South Africa Now Global Leader in Solar Thermal Technology, Result of Queensland Pull Out from Australia’s Largest Sun Power Plant Project

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By Vittorio Hernandez | November 13, 2012 10:54 AM EST

Australian officials were recently crowing about becoming the global leader in solar power generation with the announced roll out of the $1.2-billion Western Downs facility.

On Monday, Australia lost the crown before it could wear the tiara to South Africa after Queensland withdrew $75 million funding for the venture. The money was promised by the state government led then by Labor Queensland leader Anna Bligh.

With her stunning electoral defeat, the Newman government took over and backed out of the deal.

The project was supposed to build a 250-megawatt solar thermal power plant near Chinchilla in the southwest part of the state. It was calendared to begin construction in 2013.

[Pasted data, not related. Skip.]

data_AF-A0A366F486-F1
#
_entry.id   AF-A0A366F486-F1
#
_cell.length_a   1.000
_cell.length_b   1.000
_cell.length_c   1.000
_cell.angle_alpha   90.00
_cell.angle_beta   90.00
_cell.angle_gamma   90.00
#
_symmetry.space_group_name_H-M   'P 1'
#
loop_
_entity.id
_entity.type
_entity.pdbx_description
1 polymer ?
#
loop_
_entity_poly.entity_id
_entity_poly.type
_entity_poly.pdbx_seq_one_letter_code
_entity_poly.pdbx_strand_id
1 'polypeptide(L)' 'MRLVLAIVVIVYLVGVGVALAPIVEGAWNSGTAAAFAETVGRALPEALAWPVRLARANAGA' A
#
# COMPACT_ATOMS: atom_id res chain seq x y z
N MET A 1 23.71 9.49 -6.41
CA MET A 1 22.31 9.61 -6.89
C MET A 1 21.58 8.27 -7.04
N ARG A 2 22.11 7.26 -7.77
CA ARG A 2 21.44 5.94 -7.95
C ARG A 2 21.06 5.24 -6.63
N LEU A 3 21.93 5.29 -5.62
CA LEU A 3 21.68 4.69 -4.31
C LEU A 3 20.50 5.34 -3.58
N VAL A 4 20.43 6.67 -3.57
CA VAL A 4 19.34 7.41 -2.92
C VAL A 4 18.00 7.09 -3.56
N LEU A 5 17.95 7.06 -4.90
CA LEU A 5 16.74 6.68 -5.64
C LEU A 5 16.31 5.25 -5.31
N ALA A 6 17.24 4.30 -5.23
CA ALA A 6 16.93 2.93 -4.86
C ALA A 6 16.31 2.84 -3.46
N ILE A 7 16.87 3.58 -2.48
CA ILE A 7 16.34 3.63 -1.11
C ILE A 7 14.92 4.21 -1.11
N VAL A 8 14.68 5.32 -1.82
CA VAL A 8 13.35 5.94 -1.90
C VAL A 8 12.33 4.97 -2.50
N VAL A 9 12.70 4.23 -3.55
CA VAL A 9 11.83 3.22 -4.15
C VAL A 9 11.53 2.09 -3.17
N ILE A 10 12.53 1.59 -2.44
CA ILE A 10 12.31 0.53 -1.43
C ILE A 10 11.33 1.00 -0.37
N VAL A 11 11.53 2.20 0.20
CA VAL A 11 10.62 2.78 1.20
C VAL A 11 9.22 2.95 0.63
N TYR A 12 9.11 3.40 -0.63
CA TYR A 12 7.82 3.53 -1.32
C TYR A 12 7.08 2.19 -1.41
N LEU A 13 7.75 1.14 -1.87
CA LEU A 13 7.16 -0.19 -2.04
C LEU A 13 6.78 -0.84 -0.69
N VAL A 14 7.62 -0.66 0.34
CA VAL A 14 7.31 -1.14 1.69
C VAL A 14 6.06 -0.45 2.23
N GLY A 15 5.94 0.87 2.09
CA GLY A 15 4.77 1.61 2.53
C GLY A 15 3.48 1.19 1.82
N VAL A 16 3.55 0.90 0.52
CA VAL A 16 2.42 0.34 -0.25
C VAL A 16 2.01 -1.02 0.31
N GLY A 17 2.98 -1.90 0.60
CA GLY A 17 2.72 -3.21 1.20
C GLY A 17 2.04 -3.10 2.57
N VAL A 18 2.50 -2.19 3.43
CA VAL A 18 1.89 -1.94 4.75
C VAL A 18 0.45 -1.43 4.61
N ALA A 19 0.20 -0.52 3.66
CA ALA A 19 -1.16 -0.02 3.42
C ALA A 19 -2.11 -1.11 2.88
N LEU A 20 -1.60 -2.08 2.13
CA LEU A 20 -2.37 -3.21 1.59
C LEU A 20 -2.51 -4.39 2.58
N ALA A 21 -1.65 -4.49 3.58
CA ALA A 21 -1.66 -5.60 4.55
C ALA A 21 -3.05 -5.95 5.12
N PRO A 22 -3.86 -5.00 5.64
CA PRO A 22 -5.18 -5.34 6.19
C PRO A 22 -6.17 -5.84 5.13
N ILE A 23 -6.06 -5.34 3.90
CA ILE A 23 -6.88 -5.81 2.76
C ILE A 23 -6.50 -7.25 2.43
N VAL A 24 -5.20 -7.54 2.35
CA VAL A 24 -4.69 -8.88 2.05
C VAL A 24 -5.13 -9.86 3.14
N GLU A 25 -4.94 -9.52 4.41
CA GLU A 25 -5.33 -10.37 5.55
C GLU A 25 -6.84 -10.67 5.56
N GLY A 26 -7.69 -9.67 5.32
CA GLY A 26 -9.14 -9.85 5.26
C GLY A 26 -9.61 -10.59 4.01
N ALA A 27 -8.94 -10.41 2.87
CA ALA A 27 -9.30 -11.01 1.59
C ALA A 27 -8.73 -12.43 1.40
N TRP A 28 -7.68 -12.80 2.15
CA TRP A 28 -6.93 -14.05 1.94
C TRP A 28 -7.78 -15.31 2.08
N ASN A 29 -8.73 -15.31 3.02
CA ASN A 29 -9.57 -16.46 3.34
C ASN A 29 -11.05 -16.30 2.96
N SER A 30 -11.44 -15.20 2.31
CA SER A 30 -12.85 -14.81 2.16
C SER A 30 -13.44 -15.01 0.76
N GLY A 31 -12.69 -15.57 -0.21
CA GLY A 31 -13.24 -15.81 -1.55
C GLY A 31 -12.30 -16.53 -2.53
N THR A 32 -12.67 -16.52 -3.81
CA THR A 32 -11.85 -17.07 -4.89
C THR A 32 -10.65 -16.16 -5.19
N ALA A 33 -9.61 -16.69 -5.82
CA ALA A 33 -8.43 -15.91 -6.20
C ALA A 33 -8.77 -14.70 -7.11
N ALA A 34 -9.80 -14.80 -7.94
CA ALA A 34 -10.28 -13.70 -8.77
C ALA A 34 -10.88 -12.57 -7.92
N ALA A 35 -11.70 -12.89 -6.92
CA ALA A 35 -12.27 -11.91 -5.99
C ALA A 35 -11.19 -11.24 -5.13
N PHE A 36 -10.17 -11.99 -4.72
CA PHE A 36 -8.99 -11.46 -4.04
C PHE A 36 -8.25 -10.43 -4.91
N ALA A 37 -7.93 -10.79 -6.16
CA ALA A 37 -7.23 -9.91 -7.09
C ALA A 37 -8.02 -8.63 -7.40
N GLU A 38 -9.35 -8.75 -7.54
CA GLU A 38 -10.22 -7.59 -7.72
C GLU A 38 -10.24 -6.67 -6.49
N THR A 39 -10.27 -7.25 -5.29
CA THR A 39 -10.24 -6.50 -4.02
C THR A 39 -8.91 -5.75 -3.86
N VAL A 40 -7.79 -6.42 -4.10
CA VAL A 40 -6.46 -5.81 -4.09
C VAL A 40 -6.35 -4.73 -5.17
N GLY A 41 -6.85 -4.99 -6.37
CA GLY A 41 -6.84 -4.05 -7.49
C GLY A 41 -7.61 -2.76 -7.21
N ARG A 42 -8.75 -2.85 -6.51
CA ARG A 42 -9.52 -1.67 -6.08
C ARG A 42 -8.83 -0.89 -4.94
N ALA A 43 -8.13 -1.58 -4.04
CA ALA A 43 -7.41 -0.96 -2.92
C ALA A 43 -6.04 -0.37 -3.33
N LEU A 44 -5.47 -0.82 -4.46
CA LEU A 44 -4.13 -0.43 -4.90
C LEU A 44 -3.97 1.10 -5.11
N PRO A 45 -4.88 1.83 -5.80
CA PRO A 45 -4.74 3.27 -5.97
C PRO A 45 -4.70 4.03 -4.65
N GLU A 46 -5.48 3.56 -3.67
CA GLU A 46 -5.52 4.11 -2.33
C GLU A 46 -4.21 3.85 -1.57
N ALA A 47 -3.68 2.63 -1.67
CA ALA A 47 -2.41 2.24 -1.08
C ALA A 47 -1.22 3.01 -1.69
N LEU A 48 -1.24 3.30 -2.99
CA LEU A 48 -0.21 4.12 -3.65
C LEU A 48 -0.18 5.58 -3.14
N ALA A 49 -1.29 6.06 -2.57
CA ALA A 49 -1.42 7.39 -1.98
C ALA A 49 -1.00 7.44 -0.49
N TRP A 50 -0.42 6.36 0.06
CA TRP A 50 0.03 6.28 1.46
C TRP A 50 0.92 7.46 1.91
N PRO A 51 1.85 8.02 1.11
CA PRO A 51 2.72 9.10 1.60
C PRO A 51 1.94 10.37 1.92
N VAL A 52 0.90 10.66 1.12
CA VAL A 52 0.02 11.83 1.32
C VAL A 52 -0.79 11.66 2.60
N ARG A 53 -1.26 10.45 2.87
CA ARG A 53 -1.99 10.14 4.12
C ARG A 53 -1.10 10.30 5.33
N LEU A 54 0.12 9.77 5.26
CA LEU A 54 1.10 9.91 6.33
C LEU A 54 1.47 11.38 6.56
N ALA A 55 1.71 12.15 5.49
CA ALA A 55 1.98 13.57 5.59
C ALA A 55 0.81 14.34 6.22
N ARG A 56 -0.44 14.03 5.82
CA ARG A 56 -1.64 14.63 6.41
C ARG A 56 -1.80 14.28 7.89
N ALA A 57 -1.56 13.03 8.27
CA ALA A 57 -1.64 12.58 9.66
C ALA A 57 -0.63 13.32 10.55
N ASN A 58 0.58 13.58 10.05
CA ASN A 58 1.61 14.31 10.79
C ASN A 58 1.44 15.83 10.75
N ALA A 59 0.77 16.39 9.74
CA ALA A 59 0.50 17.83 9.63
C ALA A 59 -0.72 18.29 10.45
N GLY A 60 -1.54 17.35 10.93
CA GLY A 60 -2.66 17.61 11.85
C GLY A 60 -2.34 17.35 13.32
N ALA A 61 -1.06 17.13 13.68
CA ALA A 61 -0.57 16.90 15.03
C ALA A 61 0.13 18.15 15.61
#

"The process of developing major power projects remains complex and time-consuming, particularly given we are competing in a dynamic energy market," a Queensland spokesman explained.

Despite the decision to cancel the project following the state government's action, the Solar Dawn Consortium insisted it is committed to the country's large-scale concentrated solar power industry.

While these developments were taking place in Australia, the Spanish group Abengoa last week started the construction of two solar thermal projects in South Africa, the 50-megawatt Khi Solar One and the 100-megawatt KaXu Solar One CSP. The twin ventures combine the use of a solar tower and parabolic trough technologies.

Where Australia has apparently failed, South Africa is succeeding using stand alone systems by introducing a market-focused system that has caught the interest of the world's biggest solar and other alternative energy developers using an auction-based system. That system has so far attracted over $5 billion worth of solar energy projects during its first two auctions.

The two projected inked power purchase agreements with Eskom, the South Africa government-owned power utility company, while financing for the venture would come from South African and international financial institutions.

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